Dog Health: Holiday Tips for Your Dog’s Safety at Home

Dog HealthDog health risks increase dramatically when any holiday season approaches, especially Christmas and New Year’s Day, because you may be distracted with extra responsibilities that cause stress and even worse, your dog might get ignored while you decorate your tree, wrap gifts and focus on your family and friends, leaving your dog at risk in your home for all kinds of accidents or possible toxic poisons like chocolate and alcohol that are too easy for your dog to reach.

This news brief gives you holiday tips to keep your dog safe in your home during the holiday season so you can help prevent a visit to your local animal hospital in the middle of the night.

6 Dog Health Holiday Tips to Keep Your Dog Safe

  1. Doors and fences – Your dog could get lost in the shuffle of activity when you go in and out of your home or open your door and fence to let friends, family and guests enter over the holidays with gifts and food.  The best strategy to keep your dog from running out the door or sneaking out of your yard is to make sure your dog is either safe in his crate or in a room where your dog has water and a few dog toys that he can play with.  Another dog health solution is to arrange for a dog sitter when you know you can’t take full care of your dog.
  2. Ornaments and wrapping paper – Your dog loves new things and is very curious, so the colorful Christmas ornaments, ribbon, and Dog Healthwrapping paper can be quite tempting to play with or even worse, your dog could choke on any of these things and get seriously hurt.  You can help prevent your dog from these types of accidents by storing gifts in a closet or locked drawer, put all your wrapping material in a secure place away from your dog and take care to never leave your dog alone in the room with your Christmas tree to prevent dog health accidents or injuries.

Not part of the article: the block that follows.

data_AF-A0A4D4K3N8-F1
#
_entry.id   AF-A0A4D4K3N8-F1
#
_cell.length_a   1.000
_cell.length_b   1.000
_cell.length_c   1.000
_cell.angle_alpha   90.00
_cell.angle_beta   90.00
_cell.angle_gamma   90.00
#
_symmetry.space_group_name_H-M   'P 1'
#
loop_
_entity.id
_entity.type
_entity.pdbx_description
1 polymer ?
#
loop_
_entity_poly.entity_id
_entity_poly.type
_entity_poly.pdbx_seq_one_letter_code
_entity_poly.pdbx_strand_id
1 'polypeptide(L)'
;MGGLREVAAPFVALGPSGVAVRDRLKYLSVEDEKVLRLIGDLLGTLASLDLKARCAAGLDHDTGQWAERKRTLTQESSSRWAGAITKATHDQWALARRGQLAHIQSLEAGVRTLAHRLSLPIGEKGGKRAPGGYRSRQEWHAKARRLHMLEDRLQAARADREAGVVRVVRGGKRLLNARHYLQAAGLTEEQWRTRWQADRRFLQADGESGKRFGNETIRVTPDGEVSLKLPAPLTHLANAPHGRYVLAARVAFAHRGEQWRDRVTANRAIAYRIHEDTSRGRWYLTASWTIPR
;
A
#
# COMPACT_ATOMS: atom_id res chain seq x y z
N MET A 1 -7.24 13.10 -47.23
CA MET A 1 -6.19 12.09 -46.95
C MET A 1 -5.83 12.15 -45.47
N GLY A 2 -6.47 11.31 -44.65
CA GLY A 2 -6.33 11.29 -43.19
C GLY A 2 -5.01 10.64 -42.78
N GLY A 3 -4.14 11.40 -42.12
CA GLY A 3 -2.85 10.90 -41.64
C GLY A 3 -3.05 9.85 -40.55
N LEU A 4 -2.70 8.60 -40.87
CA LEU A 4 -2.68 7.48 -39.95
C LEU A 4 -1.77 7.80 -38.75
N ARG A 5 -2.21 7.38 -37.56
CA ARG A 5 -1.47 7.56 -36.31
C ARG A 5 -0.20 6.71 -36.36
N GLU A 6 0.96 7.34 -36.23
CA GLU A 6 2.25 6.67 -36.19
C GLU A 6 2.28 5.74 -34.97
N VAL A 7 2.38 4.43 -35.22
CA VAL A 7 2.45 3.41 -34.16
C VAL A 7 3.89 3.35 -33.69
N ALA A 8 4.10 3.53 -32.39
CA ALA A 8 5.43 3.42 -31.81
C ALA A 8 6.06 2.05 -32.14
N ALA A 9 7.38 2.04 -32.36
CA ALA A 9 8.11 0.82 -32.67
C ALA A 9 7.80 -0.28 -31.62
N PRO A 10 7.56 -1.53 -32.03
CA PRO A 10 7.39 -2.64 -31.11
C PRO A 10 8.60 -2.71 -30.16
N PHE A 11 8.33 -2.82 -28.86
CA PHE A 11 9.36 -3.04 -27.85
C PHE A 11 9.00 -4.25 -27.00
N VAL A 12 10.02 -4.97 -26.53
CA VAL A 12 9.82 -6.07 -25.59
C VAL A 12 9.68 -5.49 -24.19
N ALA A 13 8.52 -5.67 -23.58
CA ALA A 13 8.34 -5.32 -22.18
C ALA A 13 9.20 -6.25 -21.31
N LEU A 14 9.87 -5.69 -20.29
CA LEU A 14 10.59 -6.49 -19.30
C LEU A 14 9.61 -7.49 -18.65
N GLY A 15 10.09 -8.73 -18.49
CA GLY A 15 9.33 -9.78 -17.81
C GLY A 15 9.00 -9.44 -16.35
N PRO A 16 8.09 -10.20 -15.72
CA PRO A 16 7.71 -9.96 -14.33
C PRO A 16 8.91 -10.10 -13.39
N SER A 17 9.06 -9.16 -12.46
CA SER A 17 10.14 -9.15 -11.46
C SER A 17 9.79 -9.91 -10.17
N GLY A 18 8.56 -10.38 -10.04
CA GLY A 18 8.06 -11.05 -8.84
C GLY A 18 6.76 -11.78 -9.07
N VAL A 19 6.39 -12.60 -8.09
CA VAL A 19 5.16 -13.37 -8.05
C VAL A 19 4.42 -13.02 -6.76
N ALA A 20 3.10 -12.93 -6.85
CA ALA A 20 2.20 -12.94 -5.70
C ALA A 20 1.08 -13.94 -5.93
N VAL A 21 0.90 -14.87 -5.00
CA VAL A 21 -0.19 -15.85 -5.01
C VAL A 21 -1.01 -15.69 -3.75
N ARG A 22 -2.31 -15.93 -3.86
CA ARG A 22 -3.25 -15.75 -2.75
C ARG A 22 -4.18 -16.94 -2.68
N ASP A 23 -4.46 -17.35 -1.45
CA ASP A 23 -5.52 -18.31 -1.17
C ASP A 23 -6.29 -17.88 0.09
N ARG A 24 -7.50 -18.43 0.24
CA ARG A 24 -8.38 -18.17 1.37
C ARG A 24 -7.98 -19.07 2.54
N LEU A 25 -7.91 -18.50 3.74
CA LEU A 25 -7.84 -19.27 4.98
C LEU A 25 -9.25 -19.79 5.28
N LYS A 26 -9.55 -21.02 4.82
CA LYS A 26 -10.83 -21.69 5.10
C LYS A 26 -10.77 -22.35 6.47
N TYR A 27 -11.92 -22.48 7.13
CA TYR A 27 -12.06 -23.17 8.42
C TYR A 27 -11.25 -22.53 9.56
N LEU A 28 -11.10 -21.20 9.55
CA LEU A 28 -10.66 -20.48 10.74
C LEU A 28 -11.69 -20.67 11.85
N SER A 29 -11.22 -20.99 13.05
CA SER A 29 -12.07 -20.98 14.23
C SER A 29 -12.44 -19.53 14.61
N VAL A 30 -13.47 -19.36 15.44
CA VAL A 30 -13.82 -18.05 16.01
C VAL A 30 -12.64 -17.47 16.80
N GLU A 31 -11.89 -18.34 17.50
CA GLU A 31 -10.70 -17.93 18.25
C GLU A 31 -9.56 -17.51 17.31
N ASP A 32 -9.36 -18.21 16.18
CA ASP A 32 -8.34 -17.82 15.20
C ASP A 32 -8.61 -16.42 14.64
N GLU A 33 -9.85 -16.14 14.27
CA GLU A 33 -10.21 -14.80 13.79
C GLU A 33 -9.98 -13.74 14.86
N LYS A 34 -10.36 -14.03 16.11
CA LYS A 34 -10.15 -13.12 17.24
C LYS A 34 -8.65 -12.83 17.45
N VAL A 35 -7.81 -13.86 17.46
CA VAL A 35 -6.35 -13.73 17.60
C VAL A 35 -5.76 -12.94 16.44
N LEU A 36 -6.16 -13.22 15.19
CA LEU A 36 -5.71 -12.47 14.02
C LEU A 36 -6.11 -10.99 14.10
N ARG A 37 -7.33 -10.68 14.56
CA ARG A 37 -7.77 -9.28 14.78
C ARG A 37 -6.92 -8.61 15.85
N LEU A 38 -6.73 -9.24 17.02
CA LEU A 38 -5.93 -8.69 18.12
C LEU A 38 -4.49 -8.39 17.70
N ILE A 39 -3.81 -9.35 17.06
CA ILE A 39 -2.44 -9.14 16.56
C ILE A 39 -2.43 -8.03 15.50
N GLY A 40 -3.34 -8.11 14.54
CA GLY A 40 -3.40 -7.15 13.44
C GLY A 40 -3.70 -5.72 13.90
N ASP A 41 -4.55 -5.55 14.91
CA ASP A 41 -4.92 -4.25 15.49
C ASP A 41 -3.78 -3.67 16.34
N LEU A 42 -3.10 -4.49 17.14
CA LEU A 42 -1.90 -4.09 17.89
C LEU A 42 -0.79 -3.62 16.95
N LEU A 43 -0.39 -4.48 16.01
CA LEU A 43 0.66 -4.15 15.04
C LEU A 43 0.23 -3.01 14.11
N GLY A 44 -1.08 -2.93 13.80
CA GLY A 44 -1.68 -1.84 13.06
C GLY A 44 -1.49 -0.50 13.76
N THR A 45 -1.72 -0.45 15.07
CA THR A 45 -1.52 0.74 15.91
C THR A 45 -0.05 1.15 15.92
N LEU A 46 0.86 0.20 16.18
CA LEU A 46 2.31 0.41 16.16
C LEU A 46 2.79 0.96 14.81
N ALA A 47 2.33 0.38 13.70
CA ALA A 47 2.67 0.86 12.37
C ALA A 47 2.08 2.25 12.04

3. Holiday lights – Your dog may be attracted to the lights on your tree and in your windows during the holiday season and could also accidentally knock over candles and cause a fire in your home.  You can’t be too careful about the potential dangers from electrical outlets, bulbs and many other holiday decorations that your dog could find interesting to eat or play with when you turn your head for just a minute. 
  4. Food and Sweets – You may want to put a humorous dog health warning on your dog that says, ‘Don’t feed me no matter how much I beg you or how much you want to be my forever friend’.   Dog HealthYour dog can get sick very quickly from rich food, chocolates and party snacks that your friends and guests casually put in your dog’s mouth.  The dangers of wrapped candy are even worse because your dog can choke on the paper, plastic or foil that covers chocolate kisses, candy canes and boxed chocolates. 
  5. Alcohol – Your dog might knock over a few glasses of wine or a guests precariously placed alcoholic beverage with his tail as your dog winds his way through your home during the holidays and your dog could try to help clean up the mess by licking the alcoholic beverage off the floor.  A good dog health idea is to tell your guests to keep their drinks in a place that your dog can’t reach and to have someone responsible for removing cups and glasses during your holiday party.
  6. Dog holiday costumes – You never know what your dog will do to get an itchy or annoying foreign object like a hat or costume off his body.  Some dogs have choked on strings or fur and your dog Dog Healthcould swallow parts of a costume like a bell or button.  As cute as your dog may look as Santa Claus or a reindeer, you may want to remove his costume after everyone has taken his photo so your dog has a safe holiday in your home.

Dog Health on Holidays:  Observations by a Westie named Magee

  • Keep an eye on your dog during the holidays so he doesn’t get into any dangerous situations like bowls of toxic food and chocolate that need to be taken out of your dog’s reach.
  • Give your dog plenty of safe toys to play with so he’s not tempted to get into trouble and pull something off your tree or open up a box of candy when you’re not home.
  • Arrange for your dog to be in a safe place during the holidays.  This means that you may want to bring your dog to a friend’s house if you have a party even though your guests love your dog.

Dog HealthNote: Special thanks to Suzie Weldon for the photos of Magee in her home with a Dog Christmas Tree created for the Salem Christmas House Tour.  Suzie takes extra dog health care to keep Magee safe during the holidays by spending more time together under her watchful eyes.

This news brief gives you 6 helpful holiday safety tips to keep your dog healthy during the holiday season.